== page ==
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The Vegetable Gardener's Container Bible: How to Grow a Bounty of Food in Pots, Tubs, and Other Containers Paperback – March 2, 2011


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The Vegetable Gardener's Container Bible: How to Grow a Bounty of Food in Pots, Tubs, and Other Containers + The Vegetable Gardener's Bible + All New Square Foot Gardening, Second Edition: The Revolutionary Way to Grow More In Less Space
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Product Details

  • Paperback: 264 pages
  • Publisher: Storey Publishing, LLC (March 2, 2011)
  • Language: English
  • ISBN-10: 1603429751
  • ISBN-13: 978-1603429757
  • Product Dimensions: 8.5 x 0.6 x 10.9 inches
  • Shipping Weight: 1.7 pounds (View shipping rates and policies)
  • Average Customer Review: 4.6 out of 5 stars  See all reviews (105 customer reviews)
  • Amazon Best Sellers Rank: #12,580 in Books (See Top 100 in Books)

Editorial Reviews

From Booklist

*Starred Review* Anyone can grow, harvest, and enjoy homegrown veggies, even without a yard, bestselling garden guru Smith persuasively argues as he presents his step-by-step approach to container gardening. A garden of containers�pots, buckets, found objects�can stand alone or complement an earth garden, with some advantages, including ease of tending, portability, and fewer insect and disease problems. From soil formulas and layouts for three-container gardens on small balconies and porches to transforming five-gallon plastic buckets into self-watering containers, developing artful arrangements, and pruning, Smith�s �bible� will encourage many new vegetable growers. Useful tips for hanging containers to maximize use of vertical space on patios, grouping plants of similar mature sizes and growth rates, and using organic controls are presented as attractive endeavors, beautifully documented in numerous full-color, full-page photos. With an index, suggested reading list, average last-frost dates and hardiness zone maps, and listings of suppliers, Smith�s practical, assuring, timely, and handsomely produced how-to will see brisk traffic. --Whitney Scott --This text refers to an out of print or unavailable edition of this title.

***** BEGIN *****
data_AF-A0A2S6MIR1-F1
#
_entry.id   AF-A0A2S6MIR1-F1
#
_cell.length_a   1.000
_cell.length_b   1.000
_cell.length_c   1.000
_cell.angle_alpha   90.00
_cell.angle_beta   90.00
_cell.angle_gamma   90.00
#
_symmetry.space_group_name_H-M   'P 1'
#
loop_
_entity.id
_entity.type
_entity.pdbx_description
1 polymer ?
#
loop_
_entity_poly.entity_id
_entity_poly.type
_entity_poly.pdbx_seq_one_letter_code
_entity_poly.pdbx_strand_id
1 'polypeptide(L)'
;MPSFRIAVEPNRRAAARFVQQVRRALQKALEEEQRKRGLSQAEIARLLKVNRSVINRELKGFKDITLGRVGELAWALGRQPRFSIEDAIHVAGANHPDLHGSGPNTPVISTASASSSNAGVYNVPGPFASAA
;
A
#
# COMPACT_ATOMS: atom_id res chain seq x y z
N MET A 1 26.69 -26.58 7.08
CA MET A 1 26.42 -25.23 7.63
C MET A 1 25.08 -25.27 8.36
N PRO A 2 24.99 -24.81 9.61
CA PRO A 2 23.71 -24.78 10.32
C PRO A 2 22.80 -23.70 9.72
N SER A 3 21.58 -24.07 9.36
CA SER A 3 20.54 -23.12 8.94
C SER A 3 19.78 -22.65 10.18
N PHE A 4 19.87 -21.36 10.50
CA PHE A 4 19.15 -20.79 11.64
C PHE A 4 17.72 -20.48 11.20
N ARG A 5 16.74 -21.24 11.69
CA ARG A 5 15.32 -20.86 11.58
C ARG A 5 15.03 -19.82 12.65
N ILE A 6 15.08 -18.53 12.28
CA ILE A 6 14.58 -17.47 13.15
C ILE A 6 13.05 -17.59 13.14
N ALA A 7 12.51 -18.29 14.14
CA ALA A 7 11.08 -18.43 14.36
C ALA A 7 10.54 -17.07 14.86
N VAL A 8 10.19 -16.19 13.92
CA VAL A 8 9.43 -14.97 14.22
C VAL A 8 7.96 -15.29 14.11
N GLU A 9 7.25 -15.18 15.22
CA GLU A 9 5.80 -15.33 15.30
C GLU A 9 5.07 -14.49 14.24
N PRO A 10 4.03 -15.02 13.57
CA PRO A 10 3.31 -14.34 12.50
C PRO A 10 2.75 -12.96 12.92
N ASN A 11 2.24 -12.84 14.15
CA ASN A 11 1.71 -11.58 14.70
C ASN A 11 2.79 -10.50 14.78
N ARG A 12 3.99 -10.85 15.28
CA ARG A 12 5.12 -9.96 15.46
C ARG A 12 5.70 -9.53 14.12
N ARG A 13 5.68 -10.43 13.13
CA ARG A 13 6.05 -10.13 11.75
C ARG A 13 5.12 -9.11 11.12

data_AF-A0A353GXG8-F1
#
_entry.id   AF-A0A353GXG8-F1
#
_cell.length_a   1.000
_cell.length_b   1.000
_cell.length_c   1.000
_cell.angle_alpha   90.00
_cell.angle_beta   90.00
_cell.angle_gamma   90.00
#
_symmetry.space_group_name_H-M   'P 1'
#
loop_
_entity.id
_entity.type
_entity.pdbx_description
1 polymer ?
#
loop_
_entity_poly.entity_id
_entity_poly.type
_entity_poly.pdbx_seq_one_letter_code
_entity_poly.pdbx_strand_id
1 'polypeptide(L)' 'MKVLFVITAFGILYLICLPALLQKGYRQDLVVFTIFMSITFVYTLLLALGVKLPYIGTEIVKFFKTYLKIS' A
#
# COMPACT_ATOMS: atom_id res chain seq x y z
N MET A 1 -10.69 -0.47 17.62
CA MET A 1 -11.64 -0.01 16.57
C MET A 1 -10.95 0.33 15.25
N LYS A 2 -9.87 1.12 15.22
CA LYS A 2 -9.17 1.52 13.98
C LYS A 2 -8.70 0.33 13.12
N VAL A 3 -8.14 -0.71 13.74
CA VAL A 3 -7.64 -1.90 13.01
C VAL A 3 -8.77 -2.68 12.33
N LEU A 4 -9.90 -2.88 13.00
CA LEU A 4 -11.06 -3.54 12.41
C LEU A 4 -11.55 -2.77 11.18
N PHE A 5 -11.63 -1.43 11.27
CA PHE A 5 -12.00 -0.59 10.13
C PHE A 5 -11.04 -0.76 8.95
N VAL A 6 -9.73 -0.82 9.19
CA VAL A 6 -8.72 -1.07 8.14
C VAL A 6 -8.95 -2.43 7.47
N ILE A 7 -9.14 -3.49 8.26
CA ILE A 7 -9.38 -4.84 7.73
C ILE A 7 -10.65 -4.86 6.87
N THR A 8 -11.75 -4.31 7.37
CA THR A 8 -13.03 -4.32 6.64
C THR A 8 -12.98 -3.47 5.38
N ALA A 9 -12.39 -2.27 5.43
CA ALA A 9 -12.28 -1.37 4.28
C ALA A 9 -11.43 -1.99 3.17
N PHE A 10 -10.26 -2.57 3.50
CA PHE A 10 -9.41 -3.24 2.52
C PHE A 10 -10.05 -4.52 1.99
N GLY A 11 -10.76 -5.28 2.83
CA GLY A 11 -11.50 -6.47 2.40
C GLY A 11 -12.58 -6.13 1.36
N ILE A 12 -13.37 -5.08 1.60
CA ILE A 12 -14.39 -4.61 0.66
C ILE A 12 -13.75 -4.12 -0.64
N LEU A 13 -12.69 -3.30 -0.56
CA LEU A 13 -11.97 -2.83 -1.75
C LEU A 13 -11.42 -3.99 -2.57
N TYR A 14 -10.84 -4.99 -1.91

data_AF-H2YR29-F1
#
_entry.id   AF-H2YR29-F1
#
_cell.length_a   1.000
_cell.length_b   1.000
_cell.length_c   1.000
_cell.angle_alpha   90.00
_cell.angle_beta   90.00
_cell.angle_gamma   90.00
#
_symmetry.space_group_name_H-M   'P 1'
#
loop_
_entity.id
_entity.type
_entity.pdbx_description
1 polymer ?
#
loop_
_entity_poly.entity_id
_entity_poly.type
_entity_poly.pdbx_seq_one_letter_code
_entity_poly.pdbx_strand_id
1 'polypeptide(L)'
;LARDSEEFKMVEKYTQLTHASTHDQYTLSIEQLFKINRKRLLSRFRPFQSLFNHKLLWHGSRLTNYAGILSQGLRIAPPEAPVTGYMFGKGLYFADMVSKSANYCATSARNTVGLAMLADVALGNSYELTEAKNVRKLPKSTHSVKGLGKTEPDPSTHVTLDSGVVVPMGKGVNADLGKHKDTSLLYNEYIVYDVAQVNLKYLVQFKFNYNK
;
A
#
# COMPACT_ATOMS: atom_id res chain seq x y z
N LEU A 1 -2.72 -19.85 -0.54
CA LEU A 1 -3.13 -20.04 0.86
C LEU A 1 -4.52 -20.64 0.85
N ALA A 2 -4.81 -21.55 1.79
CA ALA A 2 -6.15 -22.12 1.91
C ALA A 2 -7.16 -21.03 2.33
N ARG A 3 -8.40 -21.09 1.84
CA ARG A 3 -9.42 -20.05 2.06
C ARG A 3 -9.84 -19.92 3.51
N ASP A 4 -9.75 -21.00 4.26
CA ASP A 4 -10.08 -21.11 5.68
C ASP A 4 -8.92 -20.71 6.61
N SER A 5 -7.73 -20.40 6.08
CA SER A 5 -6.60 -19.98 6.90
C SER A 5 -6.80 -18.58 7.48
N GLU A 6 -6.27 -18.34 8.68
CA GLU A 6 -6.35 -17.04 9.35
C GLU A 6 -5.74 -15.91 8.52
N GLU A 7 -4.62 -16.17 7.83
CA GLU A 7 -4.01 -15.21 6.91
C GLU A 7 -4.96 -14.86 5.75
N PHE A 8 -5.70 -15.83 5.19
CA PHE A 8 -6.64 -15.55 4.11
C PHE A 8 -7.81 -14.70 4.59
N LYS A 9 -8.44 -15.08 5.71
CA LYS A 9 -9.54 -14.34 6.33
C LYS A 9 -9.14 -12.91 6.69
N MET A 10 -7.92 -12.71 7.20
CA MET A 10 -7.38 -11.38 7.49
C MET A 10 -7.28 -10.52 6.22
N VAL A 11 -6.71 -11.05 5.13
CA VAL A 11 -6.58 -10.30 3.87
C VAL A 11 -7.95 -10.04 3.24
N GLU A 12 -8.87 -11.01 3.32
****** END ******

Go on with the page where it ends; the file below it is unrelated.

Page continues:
Review

 "With detailed, illustrated advice on selecting and retrofitting containers, cultivation, efficient maintenance, and design plans to pull it all together, Smith's latest guide provides everything needed to grow a bounty of home-grown vegetables."
(Booklist)

"Anyone can grow, harvest, and enjoy homegrown veggies, even without a yard, best-selling garden guru Smith persuasively argues as he presents his step-by-step approach to container gardening...Smith's practical, assuring, timely, and handsomely produced how-to will see brisk traffic."
(Publisher's Weekly)

"With detailed, illustrated advice on selecting and retrofitting containers, cultivation, efficient maintenance, and design plans to pull it all together, Smith's latest guide provides everything needed to grow a bounty of home-grown vegetables."

More About the Author

Edward C. Smith is the author of Incredible Vegetables from Self-Watering Containers. He tends a garden of over 1,500 square feet filled with raspberries, blueberries, flowers, herbs, and nearly 100 varieties of vegetables, including some heirlooms, in his home state of Vermont.

Customer Reviews

Very easy to follow.
Sharron Kaplan